We encourage competition. The club was founded on this principle and over 40 years later we still have a very healthy competitive ethos within the club. We have a junior grand prix running throughout the year comprising a number of local races where young athletes can score points and see how well they can do by the end of the year. We also aim to be well represented at county athletics level and many go on to represent the county both regionally and nationally. However, the thirst for competition must come from within the athlete and above all it must be rewarding and enjoyable (most of the time!).
We have five training groups sorted by ability. Our way of sorting the groups out first of all is to keep roughly similar numbers in each, otherwise managing the sessions becomes problematic. There is room for migration down through the groups as well as upwards and we aim towards nice balanced groups within which everyone gets a worthwhile training session.
Our sessions follow a monthly rolling program. The first Monday of the month we concentrate on technique, racing theory and strength training. The second is a time trial when it is light or stopwatch speedwork during the dark months. The third is speedwork and the fourth is hill training. If a month has five Mondays then the fifth is whatever we can come up with. In the summer this may be meeting elsewhere and going round a local race route or something similar.
Our coaching team is made up of volunteers from within our club. Some of them are excellent athletes (or might have been once upon a time) who will be able to pass on a wealth of knowledge about racing. Others have strength in getting a remarkable amount of work out of people and all should be thanked for their efforts. DBS checks are carried out through our governing bodies (England Athletics and the Association of Running Clubs).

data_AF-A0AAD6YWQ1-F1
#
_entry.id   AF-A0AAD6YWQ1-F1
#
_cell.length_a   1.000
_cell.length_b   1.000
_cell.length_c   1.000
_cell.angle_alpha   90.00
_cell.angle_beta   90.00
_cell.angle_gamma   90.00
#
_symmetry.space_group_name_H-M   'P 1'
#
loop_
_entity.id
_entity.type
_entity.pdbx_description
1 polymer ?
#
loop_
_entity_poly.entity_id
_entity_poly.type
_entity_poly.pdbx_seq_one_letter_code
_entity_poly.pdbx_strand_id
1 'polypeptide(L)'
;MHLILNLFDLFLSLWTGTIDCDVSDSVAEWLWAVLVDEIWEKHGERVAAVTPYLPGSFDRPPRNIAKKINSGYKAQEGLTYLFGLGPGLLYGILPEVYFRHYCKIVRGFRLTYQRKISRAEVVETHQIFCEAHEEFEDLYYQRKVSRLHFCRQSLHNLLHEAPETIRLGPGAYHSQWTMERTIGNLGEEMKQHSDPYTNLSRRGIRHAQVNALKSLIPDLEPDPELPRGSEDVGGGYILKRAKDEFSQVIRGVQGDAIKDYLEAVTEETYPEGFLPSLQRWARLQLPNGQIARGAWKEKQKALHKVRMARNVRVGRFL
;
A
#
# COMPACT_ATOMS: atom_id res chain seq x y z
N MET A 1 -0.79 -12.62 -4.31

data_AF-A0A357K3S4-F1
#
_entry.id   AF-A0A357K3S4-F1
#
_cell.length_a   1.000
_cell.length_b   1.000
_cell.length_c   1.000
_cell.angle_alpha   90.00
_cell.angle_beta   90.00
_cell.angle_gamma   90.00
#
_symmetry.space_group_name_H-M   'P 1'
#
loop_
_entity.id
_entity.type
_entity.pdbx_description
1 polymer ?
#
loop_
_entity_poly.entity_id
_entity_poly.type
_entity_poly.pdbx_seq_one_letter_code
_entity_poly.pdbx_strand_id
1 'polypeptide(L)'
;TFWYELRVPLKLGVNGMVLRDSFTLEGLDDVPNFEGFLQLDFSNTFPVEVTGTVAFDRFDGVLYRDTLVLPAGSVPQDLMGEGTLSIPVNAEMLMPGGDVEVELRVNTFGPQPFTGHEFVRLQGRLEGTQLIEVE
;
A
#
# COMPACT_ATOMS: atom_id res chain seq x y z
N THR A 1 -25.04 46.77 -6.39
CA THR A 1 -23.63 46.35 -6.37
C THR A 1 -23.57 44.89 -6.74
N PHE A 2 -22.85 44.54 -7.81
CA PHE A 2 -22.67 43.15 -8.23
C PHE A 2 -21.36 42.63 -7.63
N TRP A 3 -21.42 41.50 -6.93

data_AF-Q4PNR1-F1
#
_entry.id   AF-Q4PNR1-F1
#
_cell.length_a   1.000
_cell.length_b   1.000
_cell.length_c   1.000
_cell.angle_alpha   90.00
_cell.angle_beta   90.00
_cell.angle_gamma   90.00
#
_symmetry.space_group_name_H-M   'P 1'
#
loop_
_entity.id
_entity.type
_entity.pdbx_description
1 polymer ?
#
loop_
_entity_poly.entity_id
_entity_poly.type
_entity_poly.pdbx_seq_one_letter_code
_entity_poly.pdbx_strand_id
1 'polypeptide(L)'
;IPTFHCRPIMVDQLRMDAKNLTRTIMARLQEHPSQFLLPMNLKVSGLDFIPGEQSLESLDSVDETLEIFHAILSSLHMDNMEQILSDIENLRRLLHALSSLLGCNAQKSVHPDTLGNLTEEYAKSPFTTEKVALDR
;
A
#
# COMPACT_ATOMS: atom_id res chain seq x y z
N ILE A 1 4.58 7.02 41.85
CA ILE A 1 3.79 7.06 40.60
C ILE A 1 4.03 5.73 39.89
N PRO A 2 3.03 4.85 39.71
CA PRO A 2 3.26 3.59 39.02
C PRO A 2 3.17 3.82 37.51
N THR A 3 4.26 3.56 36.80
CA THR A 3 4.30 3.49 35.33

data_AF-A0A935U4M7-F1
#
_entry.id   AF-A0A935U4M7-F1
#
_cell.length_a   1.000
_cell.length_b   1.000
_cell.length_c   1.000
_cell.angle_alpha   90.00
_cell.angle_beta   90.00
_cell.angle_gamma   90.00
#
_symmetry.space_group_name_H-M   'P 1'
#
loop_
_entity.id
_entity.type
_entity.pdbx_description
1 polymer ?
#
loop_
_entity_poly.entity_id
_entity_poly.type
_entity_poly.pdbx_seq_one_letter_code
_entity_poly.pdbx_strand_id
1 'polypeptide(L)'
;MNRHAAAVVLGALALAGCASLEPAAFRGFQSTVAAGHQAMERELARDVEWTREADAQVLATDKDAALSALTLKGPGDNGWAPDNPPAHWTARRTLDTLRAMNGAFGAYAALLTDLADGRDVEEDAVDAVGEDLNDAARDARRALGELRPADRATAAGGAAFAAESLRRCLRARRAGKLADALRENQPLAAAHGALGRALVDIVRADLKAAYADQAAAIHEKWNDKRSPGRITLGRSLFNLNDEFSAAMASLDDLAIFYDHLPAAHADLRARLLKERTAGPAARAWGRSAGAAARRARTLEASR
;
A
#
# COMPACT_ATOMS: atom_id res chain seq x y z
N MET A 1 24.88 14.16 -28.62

A few things we require are that the children wear clothing suitable for going outside. They may not go out every week if they are in groups 3 or 4 but, then again, they might and they may well get wet. Also they should wear brightly coloured clothing and in the dark months we insist on a top which has reflective qualities (a tabard is ideal).
Sausage, egg and chips are best left until after a training session. The body doesn’t run well on a full stomach.
Good behaviour is essential. We try not to confuse enthusiasm and high spirits with bad behaviour, but don’t feel offended if a child needs to be quietly spoken to if they are acting in a way which is hindering the progress of the training session.
Runners do get injured from time to time. Niggles, if not rested or treated, can sometimes develop into bigger problems, so we ask that children are not sent along with injuries, which will prevent them completing the full training session.
Finally, running by its very nature is hard work. However, it should also be enjoyable. Be prepared for an intense hour and enjoy the benefits which come from it. There are new friends to be made, new places to be discovered and something as simple as putting one foot in front of the other will help you find out a lot about yourself.